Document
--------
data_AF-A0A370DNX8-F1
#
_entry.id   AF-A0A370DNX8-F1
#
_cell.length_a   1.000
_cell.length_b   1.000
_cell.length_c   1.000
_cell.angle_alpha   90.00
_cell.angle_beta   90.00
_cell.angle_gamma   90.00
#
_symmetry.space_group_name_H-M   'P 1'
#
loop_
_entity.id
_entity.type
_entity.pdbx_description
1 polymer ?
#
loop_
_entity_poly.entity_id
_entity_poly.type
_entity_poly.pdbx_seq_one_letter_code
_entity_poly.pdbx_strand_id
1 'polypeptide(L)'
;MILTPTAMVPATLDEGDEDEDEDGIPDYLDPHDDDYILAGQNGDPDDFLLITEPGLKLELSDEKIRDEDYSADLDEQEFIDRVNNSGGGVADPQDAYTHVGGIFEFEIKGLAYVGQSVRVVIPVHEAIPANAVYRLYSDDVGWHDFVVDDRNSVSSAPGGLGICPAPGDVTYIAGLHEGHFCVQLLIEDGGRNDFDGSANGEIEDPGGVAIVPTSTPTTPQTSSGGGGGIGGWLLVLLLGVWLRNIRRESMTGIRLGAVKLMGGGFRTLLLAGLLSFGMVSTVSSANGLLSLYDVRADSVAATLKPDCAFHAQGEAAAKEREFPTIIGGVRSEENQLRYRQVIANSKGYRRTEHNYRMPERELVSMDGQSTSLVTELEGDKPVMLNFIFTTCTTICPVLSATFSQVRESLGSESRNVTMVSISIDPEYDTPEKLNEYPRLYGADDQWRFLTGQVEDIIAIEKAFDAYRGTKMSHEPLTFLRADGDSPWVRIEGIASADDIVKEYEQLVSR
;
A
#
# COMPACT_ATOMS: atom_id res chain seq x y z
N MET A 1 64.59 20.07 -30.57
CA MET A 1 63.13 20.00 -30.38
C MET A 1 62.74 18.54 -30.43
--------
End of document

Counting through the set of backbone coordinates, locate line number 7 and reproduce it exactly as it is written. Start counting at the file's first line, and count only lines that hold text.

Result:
_cell.length_c   1.000